previous next
[234] face of musketry fire from the opposite bank. After the Southerners had been driven away, the bridge, three hundred and ninety feet long, was built in one hour and ten minutes. Another was immediately laid, and during the battle of Fredericksburg Heights these two were moved bodily to Fredericksburg and there placed in position. On May 4th, the materiel was hastily removed to the north bank, and the last plank was scarcely up when a force of Confederates appeared on the opposite shore.

Between Chancellorsville and Gettysburg, the engineers were engaged in building roads and bridges in the lines of the Federal army, and the individual officers, not on duty with the troops, were employed in reconnaissances, map-making, and on duty as staff-officers.

Through Gettysburg, back to Virginia soil, and on toward Richmond, the weary army again took its way, and throughout all the attendant hardships the faithful engineers worked for the welfare and efficiency of the other troops. There were numerous occasions during which they had to submit to fire from the opposing army without any opportunity to reply. Their duties were too important to permit them to suspend operations for so trivial an annoyance as being shot at.

The appointment of General Grant to the command of all the armies of the United States in the field, marked a turning-point for the troops of the Army of the Potomac, especially affecting the Engineer Corps. On March 10, 1864, he visited that army, the headquarters of which were near Brandy Station, in Virginia, and announced his intention of remaining with it in future campaigns, leaving General Meade in direct command, and transmitting all orders through him. The army was then lying on the north bank of the Rapidan.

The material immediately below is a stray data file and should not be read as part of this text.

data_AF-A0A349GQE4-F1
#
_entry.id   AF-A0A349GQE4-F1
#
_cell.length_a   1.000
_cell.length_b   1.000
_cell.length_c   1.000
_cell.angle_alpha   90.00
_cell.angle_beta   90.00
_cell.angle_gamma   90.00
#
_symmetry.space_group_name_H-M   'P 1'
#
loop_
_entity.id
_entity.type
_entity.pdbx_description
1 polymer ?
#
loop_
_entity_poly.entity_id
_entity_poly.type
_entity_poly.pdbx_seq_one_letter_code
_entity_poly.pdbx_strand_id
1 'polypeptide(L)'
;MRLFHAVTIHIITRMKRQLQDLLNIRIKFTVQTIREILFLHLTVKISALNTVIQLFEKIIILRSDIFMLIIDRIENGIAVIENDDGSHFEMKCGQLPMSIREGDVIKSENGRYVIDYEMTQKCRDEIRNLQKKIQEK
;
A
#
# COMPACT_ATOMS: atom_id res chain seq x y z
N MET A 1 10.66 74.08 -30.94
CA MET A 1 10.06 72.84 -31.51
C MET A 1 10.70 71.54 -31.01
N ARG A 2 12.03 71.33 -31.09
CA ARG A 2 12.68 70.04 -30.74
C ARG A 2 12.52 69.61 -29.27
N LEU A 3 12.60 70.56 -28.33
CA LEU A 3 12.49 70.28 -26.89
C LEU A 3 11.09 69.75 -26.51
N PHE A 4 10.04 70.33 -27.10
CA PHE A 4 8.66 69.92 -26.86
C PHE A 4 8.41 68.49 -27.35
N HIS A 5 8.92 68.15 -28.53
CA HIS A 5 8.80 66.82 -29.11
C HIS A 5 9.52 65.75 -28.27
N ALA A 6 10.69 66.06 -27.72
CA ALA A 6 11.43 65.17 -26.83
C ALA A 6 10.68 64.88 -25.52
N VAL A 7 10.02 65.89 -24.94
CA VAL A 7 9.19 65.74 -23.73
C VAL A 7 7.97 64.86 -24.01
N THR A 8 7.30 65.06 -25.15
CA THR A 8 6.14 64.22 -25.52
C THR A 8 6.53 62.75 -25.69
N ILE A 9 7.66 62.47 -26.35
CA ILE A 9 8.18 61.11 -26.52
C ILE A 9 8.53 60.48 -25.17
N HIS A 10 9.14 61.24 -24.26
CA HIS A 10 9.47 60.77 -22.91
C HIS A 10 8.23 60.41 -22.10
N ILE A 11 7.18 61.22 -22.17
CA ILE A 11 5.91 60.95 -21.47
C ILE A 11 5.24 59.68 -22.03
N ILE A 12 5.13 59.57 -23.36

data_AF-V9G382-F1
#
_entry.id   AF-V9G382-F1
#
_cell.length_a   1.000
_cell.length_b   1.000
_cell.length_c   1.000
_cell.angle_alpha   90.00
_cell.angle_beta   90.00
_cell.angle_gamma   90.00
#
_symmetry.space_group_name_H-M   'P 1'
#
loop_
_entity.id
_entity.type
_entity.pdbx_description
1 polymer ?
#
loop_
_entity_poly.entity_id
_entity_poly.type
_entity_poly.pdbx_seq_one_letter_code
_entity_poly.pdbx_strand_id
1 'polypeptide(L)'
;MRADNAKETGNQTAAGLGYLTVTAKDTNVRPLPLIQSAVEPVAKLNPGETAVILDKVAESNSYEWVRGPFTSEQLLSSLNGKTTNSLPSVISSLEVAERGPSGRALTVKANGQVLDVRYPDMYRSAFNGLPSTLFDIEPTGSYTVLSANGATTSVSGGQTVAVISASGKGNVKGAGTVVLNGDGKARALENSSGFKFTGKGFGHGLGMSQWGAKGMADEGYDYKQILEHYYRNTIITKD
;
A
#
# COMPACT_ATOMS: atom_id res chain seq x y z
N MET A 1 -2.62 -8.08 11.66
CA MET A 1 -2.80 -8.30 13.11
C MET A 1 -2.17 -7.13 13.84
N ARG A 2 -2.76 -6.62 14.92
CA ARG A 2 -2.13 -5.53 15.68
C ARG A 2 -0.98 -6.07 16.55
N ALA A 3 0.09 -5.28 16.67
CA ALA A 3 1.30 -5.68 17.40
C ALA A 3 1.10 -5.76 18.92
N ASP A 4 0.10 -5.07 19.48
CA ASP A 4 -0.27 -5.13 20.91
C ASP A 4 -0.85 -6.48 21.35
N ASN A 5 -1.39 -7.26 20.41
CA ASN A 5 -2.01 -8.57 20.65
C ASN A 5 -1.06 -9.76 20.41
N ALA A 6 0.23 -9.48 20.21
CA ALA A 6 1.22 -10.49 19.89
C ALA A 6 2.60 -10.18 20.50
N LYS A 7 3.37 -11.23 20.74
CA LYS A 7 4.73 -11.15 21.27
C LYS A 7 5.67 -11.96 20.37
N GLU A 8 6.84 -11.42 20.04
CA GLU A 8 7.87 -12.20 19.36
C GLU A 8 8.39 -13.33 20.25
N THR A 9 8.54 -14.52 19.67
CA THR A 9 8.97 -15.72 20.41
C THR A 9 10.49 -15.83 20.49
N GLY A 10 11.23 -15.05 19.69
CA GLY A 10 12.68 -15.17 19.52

Accurate maps and topographical information of the country between the Rapidan and Richmond were much needed. Reconnaissances had been made as far as the fords of the Rapidan, and that part of the country was well known,

Creative Commons License
This work is licensed under a Creative Commons Attribution-ShareAlike 3.0 United States License.

An XML version of this text is available for download, with the additional restriction that you offer Perseus any modifications you make. Perseus provides credit for all accepted changes, storing new additions in a versioning system.

hide People (automatically extracted)
Sort people alphabetically, as they appear on the page, by frequency
Click on a person to search for him/her in this document.
Meade (1)
Grant (1)
hide Dates (automatically extracted)
Sort dates alphabetically, as they appear on the page, by frequency
Click on a date to search for it in this document.
March 10th, 1864 AD (1)
May 4th (1)
hide Display Preferences
Greek Display:
Arabic Display:
View by Default:
Browse Bar: